Segarini – Gotta Have Pop -1978 Rock (vinyl)

$9.99

 Segarini – Gotta Have Pop -1978 Rock (vinyl)

Segarini's earliest band,'The Ratz, was a local Los Angeles group with Gary Duncan, who later formed Quicksilver Messenger Service. ca. 1966 Segarini formed Family Tree with guitarist and keyboardist Jimmy De Cocq, singer Michael Dure, drummer Vann Slatter, and bassist Bill "Kootch" Trochim.[1] The group released a folk rock-style single on the Mira label, before signing with RCA Records; they released a second single on RCA in 1967, followed by their only album, Miss Butters, in 1968. Now considered one of the first concept albums (inspired by Segarini's real-life kindergarten teacher, Miss Grady) it features a suite of songs that depict the life of a spinster school teacher, Miss Butters, who is born into a showbiz family, but experiences a failed relationship that leads her to devote life to children and teaching, before dying old and lonely. Produced by Rick Jarrard, with arrangements by George Tipton, it was recorded during the same period that Jarrard and Tipton were working on the Harry Nilsson LP Aerial Ballet - Nilsson collaborated with Segarini on the track "Butters Lament" and the album features some of the same session players who contributed to Aerial Ballet.[2]

Next Segarini formed Roxy with De Cocq and Randy Bishop playing bass and vocals. The group signed with Elektra Records in 1969, but after one album, producer Gary Usher reorganised the band adding drummer Spencer Earnshaw and former guitarist from Family Tree, Mike Stull, and bassist Bill 'Kootch' Trochim. The new group released three albums as The Wackers, Wackering Heights, Hot Wacks, and Shredder.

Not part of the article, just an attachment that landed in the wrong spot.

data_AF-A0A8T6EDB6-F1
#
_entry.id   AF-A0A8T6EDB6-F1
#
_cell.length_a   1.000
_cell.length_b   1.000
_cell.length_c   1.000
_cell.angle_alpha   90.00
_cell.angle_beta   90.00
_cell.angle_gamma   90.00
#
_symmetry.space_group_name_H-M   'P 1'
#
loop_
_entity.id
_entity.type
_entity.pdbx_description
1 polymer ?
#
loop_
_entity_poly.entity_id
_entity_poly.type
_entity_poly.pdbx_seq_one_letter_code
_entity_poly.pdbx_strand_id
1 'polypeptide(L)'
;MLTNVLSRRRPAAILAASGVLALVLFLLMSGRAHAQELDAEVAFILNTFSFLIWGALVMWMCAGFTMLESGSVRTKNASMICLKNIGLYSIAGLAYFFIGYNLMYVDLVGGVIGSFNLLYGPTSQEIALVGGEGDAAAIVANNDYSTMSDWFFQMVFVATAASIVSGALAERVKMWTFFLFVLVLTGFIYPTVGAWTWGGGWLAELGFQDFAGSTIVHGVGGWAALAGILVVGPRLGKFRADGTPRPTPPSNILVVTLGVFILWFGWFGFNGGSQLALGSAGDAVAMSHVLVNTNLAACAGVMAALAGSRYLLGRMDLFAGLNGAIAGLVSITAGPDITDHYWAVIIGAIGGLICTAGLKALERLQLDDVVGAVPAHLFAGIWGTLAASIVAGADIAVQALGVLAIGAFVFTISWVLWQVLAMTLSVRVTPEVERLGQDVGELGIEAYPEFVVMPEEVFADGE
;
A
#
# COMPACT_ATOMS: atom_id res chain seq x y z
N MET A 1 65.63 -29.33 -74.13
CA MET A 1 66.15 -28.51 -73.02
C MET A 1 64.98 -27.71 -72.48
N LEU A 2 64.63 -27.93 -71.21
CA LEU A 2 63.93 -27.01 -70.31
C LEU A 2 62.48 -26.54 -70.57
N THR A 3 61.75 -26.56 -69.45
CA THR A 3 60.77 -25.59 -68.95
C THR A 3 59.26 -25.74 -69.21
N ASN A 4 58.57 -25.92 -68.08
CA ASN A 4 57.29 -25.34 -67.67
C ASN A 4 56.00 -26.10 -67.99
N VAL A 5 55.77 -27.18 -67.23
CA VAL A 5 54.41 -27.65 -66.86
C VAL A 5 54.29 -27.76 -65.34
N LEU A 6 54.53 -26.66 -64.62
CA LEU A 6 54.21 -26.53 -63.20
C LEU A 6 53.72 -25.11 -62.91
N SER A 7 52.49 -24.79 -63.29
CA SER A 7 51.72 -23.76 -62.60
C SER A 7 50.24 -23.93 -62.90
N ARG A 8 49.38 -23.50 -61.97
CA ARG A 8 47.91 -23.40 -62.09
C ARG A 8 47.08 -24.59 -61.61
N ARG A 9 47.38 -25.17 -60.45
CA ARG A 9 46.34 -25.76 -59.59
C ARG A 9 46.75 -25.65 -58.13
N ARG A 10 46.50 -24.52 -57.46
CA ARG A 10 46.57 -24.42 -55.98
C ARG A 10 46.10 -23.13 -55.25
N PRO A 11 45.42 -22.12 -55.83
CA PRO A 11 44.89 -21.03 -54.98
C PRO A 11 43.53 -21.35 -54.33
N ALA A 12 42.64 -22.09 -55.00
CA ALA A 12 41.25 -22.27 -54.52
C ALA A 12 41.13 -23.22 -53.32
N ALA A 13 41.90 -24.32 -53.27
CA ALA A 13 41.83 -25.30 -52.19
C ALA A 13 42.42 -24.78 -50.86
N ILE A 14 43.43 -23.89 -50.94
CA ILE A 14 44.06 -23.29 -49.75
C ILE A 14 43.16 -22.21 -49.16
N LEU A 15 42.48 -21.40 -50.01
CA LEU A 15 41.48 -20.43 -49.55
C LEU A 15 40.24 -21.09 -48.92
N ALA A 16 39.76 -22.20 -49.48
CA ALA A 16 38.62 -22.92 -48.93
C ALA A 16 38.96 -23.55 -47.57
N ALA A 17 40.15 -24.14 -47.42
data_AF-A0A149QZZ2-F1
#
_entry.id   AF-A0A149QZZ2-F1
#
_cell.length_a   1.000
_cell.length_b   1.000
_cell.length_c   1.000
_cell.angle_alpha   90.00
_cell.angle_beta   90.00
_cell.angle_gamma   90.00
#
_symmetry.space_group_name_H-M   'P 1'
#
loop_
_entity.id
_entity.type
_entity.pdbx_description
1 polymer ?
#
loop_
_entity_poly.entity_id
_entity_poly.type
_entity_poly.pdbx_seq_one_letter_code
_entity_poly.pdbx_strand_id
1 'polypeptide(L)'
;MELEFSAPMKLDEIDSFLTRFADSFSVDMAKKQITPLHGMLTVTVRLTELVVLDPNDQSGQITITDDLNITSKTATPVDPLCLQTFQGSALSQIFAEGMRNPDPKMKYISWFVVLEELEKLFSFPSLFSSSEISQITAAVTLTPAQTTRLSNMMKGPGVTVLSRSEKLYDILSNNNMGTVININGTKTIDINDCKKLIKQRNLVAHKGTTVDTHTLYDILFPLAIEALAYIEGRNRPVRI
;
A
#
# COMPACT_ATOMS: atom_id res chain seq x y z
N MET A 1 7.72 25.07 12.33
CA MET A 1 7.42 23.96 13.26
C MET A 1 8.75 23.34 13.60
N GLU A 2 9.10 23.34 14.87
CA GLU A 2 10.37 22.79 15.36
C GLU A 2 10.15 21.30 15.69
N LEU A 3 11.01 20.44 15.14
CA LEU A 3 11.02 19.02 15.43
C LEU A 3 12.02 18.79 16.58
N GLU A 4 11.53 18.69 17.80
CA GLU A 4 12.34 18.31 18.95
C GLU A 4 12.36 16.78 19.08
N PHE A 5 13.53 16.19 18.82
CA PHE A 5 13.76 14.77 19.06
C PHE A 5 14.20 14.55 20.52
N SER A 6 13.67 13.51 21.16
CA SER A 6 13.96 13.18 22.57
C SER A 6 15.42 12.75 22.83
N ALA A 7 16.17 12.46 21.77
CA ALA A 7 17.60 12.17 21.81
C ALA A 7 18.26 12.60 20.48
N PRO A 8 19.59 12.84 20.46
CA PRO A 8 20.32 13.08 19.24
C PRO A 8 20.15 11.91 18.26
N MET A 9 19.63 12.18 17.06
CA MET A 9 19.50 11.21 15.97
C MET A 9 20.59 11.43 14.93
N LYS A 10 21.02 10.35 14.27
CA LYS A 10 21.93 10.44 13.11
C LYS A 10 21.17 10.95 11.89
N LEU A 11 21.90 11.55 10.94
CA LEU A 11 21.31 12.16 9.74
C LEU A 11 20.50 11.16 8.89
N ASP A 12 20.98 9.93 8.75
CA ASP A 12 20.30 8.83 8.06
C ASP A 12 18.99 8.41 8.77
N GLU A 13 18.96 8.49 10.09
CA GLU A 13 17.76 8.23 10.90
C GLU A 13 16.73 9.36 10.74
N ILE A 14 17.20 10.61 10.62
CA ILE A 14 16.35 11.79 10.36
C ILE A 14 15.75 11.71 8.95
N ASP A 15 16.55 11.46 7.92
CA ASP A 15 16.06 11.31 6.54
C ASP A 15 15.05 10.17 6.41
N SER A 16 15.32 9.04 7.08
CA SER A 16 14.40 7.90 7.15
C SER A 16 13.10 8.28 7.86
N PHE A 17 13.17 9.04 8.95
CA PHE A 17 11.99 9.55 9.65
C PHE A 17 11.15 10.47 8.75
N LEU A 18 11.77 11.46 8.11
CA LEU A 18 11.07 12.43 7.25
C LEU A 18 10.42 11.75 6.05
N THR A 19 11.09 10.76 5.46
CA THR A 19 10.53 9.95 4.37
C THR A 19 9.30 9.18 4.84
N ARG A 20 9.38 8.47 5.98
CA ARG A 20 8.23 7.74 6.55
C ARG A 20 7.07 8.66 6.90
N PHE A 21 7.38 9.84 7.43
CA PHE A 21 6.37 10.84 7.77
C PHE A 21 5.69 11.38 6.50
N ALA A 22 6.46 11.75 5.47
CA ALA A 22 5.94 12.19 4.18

Segarini, together with Randy Bishop, co-wrote and recorded two songs for the film Vanishing Point (1971), Dear Jesus God and Over Me. He has also worked with UK songstress Elkie Brooks.

In 1974, Segarini founded The Dudes, with Trochim and Wayne Cullen from the final Wackers aggregate, Ritchie and David Henman - previously with April Wine, and Brian Greenway, future April Wine guitarist. They recorded one album for Columbia records, We're No Angels, and almost completed a second album before Columbia dropped them from their roster leading to the band break-up. Parts of the second album made their way onto CD in 1997 along with a collection of unreleased recordings,"All The Young Dudes - All The Old Demos."

Segarini went on to a solo career, recording four albums: Gotta Have Pop, On The Radio, Goodbye L.A., and Vox Populi. The first three have recently been remastered and re-issued with bonus tracks by Bullseye Records.

During the mid-1980s, Segarini began his career in the radio industry, first with chumfm.com, followed by several stints at Classic Rock radio station CILQ - known to Toronto locals as Q107. It was there that he adopted the moniker "The Iceman" - a name he still uses on the air to this day. In 2009, after a successful stint on Sirius Satellite Radio's channel 85, Segarini began writing weekly columns for FYI Music - an online magazine devoted to the music industry. His thrice-weekly column is titled "Don't Believe a Word I Say", named after his 1979 single from Gotta Have Pop.

Segarini currently lives in Toronto, Ontario, Canada. 

Label:Bomb Records ‎– PEC90574
Format:Vinyl, LP, Album,
Country:Canada
Released:1978
Genre:Rock, Pop
Style:Vocal

Sleeve Condition (Out of 10) ~ 9
Label Condition (Out of 10) ~ 10
Vinyl Condition ~ (Out of 10)
Side 1 - 10
side 2 - 10
BIN # 111

BIN #155 - vinyl -10 / cover - 8 - clipped corner & slight wear

 

Tracklist

A1 Gotta Have Pop 3:30
A2 Hide Away 3:40
A3 Afraid Of The Ocean 3:00
A4 I Don't Want To Lose You 3:14
A5 Don't Believe A Word I Say 3:35
B1 Livin' In The Movies 4:04
B2 Steady Eddie 4:33
B3 Dressed In The Dark 1:54
B4 When The Lights Are Out 3:30
B5 Love Story 4:02

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